If your programming service is taking a new direction with original programming, why not introduce new approaches to marketing and promotion that will spread awareness among viewers? WGN America this past month has done exactly that on behalf of Bellevue, the first of its upcoming slate of original scripted series with a crime or mystery focus. Not only were several marketing components used for the first time, in more than one instance they were the first used by any programmer to launch or otherwise promote a series.
“We wanted to be innovative with the campaign, using new technologies to reach new viewers and broaden our overall reach,” explained Brian Dollenmayer, WGN America’s Executive Vice President and Chief Marketing Officer. “The landscape is more crowded than ever. You have to take some chances and find unique ways to reach viewers. America loves crime stories and solving mysteries, so more than ever, we’re embracing that.”
Bellevue, which premiered January 23rd, focuses on the disappearance of a high school hockey star in the town the series is named after, and if there’s a connection with the murder of a young woman two decades earlier in the same area. Academy Award-winner Anna Paquin (pictured at top and below) stars as the local police detective investigating the situation. Three more original crime/mystery series will debut on WGN America in the coming months, starting with Shoot the Messenger on February 26.
Social media had a major promotional role in Bellevue’s rollout. However, instead of putting full emphasis on Facebook and Twitter -- the usual social media suspects for generating buzz --Dollenmayer and his colleagues complemented those two platforms with a second pair of Web social destinations. The less prominent but highly engaging additions are USeek, which allows users to interact with videos to vie for prizes, and the Telfie app, which invites fans to check in while watching a show and connect with other fans to unlock stickers pertaining to specific subjects (see image below). In the process, Telfie generates a list of users who can meet and exchange comments on the subject on display.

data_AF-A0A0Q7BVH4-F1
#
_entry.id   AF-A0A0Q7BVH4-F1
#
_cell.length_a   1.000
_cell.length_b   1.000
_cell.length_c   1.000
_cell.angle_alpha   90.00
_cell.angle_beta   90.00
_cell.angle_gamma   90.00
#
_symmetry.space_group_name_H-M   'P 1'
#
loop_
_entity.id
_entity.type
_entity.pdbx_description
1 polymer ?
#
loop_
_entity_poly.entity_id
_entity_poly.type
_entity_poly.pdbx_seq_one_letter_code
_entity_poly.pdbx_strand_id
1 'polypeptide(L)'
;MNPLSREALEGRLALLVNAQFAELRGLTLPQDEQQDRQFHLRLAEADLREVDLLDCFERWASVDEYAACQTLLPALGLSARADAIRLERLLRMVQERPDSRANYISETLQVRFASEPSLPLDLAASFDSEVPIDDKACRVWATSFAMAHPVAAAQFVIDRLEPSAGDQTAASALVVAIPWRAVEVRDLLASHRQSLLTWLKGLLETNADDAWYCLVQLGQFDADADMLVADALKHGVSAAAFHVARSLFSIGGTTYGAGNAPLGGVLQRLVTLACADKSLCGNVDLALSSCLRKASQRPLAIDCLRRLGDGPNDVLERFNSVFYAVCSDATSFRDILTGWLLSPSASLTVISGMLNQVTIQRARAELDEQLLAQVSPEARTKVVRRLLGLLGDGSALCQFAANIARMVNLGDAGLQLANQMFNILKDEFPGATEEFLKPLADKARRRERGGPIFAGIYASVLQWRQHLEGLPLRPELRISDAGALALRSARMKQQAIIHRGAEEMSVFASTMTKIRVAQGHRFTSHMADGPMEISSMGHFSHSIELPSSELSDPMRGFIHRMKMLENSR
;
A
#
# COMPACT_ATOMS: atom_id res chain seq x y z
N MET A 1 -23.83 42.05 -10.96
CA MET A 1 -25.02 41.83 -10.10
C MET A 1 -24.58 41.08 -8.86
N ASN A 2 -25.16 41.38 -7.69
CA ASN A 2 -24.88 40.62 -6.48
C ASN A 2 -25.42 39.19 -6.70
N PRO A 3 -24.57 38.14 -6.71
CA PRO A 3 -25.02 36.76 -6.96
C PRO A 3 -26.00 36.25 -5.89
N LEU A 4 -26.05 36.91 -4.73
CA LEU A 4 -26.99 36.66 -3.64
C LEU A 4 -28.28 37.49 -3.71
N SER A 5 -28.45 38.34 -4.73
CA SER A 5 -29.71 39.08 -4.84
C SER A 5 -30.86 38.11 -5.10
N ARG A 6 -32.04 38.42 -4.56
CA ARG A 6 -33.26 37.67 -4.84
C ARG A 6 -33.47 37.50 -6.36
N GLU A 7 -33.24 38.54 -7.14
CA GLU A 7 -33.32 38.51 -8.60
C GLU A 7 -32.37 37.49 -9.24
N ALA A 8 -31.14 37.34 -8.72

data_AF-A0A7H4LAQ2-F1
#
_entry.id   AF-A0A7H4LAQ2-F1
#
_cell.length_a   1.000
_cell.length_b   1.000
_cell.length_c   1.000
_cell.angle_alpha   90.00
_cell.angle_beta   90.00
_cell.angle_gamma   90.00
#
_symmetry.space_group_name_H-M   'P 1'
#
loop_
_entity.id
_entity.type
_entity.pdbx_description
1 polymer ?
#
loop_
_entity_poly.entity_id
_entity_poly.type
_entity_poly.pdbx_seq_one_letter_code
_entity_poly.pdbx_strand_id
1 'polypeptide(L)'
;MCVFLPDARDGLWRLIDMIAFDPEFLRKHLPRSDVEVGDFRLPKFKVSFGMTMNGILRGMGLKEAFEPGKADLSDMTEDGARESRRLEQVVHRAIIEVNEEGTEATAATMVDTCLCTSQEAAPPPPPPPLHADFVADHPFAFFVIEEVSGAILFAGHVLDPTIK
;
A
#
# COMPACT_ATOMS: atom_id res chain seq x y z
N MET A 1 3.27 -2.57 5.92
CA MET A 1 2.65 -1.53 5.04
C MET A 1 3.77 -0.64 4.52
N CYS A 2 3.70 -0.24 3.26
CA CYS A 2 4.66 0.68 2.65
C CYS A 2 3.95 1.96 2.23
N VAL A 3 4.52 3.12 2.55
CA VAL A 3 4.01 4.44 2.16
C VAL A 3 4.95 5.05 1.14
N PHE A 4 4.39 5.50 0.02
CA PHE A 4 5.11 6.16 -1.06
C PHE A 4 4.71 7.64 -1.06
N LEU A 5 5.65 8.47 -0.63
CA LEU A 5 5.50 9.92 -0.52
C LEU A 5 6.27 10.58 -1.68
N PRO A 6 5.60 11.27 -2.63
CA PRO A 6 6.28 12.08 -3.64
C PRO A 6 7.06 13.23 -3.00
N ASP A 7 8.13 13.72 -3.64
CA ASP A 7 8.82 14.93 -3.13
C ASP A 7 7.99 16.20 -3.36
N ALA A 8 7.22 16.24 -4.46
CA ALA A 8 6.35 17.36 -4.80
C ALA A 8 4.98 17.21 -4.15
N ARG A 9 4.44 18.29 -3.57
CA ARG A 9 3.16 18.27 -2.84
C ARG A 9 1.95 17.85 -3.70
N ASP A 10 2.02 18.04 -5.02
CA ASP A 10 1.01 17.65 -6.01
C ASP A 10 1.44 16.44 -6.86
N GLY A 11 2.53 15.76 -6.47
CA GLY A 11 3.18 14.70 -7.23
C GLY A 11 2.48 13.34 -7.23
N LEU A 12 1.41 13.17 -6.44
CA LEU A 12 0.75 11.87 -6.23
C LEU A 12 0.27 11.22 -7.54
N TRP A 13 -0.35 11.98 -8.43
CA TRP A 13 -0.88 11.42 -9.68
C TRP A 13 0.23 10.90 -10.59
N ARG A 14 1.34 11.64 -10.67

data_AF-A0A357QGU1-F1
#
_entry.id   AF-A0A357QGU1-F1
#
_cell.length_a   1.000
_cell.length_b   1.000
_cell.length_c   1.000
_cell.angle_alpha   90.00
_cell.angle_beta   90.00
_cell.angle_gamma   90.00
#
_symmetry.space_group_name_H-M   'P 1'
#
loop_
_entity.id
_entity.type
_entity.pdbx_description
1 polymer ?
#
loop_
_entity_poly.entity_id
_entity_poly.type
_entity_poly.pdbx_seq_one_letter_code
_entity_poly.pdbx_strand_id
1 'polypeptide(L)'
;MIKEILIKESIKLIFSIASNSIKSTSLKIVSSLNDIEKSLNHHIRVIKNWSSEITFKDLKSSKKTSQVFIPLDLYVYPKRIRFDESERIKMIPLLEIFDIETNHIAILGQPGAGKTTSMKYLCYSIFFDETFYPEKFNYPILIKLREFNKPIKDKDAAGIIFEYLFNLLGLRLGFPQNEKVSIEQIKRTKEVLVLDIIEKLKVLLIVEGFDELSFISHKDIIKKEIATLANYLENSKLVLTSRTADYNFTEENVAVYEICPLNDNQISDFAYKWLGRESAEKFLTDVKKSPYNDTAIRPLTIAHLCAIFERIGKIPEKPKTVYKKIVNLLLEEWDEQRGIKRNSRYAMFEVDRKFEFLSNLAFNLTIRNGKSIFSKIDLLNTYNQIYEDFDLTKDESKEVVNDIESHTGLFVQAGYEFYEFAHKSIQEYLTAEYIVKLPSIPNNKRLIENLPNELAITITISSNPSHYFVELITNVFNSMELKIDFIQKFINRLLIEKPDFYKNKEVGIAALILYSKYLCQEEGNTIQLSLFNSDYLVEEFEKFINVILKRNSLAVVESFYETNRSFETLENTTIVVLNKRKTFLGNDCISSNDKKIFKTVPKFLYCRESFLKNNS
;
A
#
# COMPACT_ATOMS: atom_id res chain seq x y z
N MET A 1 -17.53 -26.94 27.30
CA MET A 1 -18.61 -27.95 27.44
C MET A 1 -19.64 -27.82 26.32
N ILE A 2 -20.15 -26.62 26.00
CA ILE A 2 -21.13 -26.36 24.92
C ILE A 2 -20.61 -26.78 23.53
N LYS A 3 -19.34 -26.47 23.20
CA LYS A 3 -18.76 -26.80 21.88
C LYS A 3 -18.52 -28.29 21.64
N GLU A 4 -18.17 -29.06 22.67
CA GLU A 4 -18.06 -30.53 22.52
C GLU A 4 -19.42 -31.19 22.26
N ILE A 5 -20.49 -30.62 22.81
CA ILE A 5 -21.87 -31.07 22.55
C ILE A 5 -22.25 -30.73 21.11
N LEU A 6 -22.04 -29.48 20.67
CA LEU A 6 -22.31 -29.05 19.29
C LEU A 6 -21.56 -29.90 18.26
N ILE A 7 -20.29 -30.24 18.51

Before the debut of Bellevue, Dollenmayer and his team created a custom 60-second trailer of Bellevue for USeek, inviting users to hunt for clues and earn points for prizes, such as $250 Visa gift cards, which were awarded to users who correctly solved the mystery. More than 33 percent of people watching the trailer stayed with it to the end; the level of repeat viewers, estimated by Dollenmayer at three times each, was also very strong.
While USeek had executed a number of campaigns involving movie studios, Bellevue was the first TV series to launch with the platform, generating higher video completion rates compared to the typical trailers. “A typical completion rate for a long-form video on social media was nowhere near 33 percent,” Dollenmayer said. “It’s been more on the order of two to three percent. We know how hard it is for someone to watch a video [from start to finish] online. The fans here were engaged. They played along. They had a reason to watch.”
Ann Glenn, who heads up WGN America’s social media outreach team, suggested the use of Telfie. It has sparked more than 500,000 social impressions as of the end of January.